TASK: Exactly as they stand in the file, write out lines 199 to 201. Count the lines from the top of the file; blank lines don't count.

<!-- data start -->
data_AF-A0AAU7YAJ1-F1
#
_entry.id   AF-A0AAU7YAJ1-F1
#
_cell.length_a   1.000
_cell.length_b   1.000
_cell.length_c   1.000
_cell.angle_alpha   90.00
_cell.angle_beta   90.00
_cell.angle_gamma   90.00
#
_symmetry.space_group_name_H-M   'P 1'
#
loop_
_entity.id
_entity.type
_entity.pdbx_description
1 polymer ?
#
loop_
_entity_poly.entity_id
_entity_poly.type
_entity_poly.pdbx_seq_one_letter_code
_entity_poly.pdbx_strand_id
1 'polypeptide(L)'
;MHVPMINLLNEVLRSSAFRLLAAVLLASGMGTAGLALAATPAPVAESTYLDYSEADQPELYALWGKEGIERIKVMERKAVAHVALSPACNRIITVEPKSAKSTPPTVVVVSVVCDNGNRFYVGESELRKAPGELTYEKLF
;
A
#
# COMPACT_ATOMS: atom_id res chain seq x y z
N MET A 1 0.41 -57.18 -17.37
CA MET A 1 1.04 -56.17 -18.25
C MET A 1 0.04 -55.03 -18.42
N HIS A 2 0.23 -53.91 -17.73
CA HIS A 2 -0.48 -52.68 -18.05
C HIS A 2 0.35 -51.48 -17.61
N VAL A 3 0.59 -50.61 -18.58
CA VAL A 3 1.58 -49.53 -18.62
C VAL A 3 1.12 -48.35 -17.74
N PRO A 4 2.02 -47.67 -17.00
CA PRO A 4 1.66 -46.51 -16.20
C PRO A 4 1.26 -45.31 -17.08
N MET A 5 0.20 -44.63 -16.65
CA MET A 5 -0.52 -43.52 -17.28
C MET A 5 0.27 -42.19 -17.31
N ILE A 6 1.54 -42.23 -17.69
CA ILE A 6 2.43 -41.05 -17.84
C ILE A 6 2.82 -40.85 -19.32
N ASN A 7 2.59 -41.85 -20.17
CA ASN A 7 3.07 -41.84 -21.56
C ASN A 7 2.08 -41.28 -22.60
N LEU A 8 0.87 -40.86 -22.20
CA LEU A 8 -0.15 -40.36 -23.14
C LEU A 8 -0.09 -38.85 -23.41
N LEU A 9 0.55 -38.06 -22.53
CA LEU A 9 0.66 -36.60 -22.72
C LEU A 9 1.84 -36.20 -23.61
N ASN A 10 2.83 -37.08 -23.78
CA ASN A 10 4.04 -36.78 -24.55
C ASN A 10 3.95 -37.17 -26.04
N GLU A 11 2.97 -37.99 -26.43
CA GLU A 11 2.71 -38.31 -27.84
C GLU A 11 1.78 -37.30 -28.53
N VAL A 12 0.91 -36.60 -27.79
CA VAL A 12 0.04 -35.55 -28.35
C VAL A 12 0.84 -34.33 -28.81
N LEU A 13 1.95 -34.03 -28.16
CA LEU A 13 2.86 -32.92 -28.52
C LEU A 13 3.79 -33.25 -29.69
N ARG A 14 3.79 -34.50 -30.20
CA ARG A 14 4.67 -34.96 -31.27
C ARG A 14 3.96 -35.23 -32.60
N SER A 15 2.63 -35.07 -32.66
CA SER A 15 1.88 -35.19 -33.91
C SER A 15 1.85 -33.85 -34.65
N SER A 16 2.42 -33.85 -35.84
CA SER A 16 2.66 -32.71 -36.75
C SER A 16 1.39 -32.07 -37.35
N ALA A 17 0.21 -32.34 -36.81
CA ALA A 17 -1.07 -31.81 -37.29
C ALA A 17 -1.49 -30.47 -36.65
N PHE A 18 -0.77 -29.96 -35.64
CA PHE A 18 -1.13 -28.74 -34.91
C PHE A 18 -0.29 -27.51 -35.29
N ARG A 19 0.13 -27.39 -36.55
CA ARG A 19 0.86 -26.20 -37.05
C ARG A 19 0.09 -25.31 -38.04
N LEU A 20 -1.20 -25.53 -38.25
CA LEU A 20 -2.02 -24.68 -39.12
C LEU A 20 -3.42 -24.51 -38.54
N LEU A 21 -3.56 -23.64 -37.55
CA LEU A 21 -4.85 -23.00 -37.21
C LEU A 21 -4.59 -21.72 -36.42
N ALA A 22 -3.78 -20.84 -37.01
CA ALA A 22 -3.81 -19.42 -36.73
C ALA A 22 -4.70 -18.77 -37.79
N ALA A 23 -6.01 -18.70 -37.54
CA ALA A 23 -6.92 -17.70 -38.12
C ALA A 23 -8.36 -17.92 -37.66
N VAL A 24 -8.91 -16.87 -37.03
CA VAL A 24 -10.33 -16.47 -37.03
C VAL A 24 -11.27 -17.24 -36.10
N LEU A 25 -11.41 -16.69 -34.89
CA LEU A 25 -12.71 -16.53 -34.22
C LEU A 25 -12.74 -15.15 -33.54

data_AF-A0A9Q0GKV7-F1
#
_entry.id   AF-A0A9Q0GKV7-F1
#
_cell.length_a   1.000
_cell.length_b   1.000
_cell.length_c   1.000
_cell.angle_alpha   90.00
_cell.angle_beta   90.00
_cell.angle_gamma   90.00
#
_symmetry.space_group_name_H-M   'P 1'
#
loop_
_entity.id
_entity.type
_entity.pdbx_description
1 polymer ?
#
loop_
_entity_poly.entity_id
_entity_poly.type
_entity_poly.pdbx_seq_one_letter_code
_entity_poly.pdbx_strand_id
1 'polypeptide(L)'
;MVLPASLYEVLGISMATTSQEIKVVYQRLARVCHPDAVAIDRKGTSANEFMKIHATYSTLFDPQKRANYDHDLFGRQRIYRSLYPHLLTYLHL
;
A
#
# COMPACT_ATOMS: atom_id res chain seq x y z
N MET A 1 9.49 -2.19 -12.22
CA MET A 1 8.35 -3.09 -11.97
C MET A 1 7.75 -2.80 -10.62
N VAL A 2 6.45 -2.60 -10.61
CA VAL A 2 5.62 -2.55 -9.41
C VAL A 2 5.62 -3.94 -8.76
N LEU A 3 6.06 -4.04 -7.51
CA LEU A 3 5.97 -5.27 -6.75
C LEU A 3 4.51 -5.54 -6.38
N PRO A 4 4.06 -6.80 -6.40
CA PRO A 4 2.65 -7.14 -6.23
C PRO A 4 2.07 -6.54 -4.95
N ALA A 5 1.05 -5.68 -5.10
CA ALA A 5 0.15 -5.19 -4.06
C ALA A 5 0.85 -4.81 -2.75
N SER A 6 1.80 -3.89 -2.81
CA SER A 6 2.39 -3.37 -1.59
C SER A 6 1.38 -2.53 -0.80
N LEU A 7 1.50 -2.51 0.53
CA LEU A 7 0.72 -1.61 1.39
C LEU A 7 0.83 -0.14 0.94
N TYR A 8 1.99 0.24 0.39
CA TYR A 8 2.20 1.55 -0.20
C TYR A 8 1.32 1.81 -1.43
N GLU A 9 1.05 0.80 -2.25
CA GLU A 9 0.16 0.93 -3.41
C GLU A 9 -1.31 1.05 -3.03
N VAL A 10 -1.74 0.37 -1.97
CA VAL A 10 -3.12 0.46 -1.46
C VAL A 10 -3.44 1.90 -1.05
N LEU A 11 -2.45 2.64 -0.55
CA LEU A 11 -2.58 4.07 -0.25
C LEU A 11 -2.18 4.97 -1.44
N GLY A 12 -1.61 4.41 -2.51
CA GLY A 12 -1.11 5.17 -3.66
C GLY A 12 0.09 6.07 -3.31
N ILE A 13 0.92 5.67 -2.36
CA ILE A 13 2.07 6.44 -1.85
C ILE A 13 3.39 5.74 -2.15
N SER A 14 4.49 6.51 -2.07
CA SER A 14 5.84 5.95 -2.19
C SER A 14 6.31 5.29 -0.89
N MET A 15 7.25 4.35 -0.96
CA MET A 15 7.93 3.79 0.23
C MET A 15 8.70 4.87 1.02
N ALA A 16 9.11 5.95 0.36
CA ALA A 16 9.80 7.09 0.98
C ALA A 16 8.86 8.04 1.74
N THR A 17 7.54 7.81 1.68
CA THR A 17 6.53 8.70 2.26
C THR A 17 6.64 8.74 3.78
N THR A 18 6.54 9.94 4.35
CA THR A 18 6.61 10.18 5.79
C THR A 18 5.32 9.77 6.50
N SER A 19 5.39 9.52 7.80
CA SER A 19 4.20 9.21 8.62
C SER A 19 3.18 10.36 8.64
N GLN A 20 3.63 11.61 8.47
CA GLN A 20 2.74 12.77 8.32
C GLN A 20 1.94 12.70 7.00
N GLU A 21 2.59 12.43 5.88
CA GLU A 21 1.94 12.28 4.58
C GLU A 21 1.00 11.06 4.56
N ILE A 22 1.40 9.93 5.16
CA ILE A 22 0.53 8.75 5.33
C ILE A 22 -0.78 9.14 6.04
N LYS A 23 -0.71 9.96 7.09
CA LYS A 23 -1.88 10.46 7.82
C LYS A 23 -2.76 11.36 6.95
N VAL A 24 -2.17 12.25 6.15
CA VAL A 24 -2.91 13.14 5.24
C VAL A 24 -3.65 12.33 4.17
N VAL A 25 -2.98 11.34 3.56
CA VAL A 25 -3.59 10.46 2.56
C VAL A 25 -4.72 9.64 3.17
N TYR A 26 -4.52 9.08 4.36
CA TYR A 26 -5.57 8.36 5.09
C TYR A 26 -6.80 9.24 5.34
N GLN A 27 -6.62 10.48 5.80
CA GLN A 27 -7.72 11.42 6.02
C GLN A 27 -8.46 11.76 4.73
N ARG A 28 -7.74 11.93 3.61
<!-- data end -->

N ILE A 22 1.40 9.93 5.16
CA ILE A 22 0.53 8.75 5.33
C ILE A 22 -0.78 9.14 6.04